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Strengthening the Demand: “Defund the Wealthy” – Cops & Capitalism Summer Webinar Series

Action Center on Race & the Economy

People around the U.S. are demanding that cities defund their local police departments. This webinar encourages us to take that demand one step further, and highlights the relationships between corporations and policing. We know that cutting the police budget is a first step towards the world we want to see but in order to fully fund our communities and invest in the things we need we must also redirect funding from the institutions that support policing.

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Research Briefing: Police Brutality Bonds – Cops & Capitalism Summer Webinar Series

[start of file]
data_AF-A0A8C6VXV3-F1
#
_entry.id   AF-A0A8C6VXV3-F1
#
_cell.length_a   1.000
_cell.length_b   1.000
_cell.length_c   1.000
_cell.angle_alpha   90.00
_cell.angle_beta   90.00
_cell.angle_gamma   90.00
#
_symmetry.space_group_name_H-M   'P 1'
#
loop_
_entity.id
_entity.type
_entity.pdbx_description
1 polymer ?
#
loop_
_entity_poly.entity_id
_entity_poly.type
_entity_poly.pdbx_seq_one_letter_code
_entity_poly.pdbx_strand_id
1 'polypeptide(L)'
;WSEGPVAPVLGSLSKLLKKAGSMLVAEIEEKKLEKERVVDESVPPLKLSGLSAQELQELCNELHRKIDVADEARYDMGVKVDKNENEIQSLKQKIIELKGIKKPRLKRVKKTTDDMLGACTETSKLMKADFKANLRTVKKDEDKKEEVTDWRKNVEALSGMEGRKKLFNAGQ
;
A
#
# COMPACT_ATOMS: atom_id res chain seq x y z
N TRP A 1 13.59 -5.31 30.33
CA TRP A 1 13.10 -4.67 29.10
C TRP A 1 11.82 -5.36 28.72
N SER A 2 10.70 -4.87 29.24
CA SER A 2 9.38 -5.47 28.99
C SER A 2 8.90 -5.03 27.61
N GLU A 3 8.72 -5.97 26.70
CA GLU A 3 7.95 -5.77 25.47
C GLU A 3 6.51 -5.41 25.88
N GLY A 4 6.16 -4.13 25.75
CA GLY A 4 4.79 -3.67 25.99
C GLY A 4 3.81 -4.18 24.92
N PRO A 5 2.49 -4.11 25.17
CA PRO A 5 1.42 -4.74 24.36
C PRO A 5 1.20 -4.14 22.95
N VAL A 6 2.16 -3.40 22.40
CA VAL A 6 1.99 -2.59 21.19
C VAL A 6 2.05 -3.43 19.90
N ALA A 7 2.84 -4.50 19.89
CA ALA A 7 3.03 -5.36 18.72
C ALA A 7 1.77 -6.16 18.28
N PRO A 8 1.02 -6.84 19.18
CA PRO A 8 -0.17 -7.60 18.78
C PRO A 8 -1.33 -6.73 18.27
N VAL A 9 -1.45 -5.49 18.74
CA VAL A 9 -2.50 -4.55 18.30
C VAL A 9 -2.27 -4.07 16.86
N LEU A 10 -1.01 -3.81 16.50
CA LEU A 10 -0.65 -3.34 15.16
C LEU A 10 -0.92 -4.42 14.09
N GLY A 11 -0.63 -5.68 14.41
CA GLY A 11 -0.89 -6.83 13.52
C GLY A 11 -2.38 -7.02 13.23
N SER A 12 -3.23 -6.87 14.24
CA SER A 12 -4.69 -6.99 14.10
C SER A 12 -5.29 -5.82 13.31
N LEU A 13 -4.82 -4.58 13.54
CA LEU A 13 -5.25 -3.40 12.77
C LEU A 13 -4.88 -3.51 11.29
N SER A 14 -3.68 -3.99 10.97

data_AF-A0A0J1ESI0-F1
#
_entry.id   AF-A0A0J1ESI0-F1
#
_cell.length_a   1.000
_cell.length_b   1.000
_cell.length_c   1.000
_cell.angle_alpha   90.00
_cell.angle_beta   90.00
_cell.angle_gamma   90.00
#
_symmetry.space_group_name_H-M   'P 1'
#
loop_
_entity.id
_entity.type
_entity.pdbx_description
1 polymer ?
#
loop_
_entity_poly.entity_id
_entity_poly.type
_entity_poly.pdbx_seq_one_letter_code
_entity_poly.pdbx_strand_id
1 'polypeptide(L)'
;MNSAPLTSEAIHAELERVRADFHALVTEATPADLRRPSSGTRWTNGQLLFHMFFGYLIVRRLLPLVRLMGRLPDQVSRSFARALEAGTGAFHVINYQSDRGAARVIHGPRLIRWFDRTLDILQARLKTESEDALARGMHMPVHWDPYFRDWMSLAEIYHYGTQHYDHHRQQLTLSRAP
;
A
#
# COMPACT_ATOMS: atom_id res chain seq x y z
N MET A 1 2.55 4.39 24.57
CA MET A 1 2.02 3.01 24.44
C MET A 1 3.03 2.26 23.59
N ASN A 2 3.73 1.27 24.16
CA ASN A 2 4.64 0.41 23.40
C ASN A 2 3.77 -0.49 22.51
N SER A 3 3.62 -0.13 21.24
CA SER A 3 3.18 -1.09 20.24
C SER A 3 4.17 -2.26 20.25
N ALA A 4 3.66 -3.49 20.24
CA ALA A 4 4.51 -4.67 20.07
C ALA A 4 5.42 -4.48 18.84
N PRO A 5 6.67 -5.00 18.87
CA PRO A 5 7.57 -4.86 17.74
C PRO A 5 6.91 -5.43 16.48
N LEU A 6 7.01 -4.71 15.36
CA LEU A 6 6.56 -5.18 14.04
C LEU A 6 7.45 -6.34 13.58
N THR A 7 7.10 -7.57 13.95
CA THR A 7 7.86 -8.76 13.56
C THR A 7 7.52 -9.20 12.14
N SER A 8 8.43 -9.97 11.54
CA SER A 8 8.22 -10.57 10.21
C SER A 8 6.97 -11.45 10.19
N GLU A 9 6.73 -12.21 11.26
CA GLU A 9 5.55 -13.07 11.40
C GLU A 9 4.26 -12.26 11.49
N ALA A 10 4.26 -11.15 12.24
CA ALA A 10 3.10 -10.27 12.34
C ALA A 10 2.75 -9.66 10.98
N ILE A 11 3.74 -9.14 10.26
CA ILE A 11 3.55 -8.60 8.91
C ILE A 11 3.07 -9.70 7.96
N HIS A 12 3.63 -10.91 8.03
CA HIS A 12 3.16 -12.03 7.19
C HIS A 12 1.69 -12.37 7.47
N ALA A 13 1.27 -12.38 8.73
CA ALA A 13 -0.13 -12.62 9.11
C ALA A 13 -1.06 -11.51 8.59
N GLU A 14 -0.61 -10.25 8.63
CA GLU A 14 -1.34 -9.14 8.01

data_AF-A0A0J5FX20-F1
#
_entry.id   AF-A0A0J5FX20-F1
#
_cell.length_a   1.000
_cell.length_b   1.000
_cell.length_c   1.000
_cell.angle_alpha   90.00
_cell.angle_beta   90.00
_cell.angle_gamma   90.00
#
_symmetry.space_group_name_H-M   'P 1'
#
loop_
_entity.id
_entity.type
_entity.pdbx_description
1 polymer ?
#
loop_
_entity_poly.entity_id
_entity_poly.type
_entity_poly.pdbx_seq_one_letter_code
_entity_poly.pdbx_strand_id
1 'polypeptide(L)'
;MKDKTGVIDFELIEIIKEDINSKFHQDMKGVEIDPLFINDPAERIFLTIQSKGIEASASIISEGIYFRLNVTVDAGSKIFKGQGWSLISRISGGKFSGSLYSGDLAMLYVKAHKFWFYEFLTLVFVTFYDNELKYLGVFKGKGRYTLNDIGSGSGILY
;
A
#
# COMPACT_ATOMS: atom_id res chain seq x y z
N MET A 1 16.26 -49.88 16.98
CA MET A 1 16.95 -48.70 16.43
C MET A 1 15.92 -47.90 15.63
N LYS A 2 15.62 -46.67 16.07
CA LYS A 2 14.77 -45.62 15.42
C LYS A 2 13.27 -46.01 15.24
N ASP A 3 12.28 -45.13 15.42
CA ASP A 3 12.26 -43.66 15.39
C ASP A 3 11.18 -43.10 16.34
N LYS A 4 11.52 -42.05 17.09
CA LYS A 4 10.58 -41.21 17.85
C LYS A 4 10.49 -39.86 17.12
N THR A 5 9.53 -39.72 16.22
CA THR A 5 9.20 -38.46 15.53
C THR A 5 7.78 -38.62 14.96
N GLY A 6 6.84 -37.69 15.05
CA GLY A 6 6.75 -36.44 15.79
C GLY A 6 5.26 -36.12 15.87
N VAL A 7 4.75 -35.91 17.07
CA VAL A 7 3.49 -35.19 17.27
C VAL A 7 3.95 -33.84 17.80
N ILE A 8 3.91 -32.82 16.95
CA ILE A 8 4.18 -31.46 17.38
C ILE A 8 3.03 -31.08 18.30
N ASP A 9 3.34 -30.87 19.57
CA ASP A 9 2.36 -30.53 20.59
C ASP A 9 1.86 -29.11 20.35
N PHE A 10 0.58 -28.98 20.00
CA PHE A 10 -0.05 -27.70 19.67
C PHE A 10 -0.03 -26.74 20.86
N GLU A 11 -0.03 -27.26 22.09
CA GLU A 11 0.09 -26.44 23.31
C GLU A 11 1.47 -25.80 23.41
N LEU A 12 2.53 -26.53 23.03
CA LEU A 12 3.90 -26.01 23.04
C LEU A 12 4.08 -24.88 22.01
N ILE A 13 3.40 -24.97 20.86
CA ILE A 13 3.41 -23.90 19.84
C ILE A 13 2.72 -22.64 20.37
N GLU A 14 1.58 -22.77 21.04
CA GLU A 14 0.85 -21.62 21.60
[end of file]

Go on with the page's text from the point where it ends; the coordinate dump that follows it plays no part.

Action Center on Race & the Economy

This webinar explores ACRE’s groundbreaking research on cities’ use of Police Brutality Bonds, the bonds issued to pay for police brutality settlements. Police brutality bonds generate fees for Wall Street firms like Bank of America and Goldman Sachs, and interest payments for investors, allowing them to literally profit from police violence. Borrowing can also drastically increase the costs of police violence, but these costs are not reflected in the official police budget. The webinar covers how ACRE did the research for the report, how bonds work, some of ACRE’s data sources and what other policing costs might be hiding in city budgets.

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Police Reimagined: The Future of Public Safety

WHYY

The Memorial Day death of George Floyd at the hands of former Minneapolis police officer Derek Chauvin has set off protest around the globe. This four-part community conversation video series attempts to answer the question: Can you reduce funding for police, and limit their role in communities, while ensuring public safety for all communities?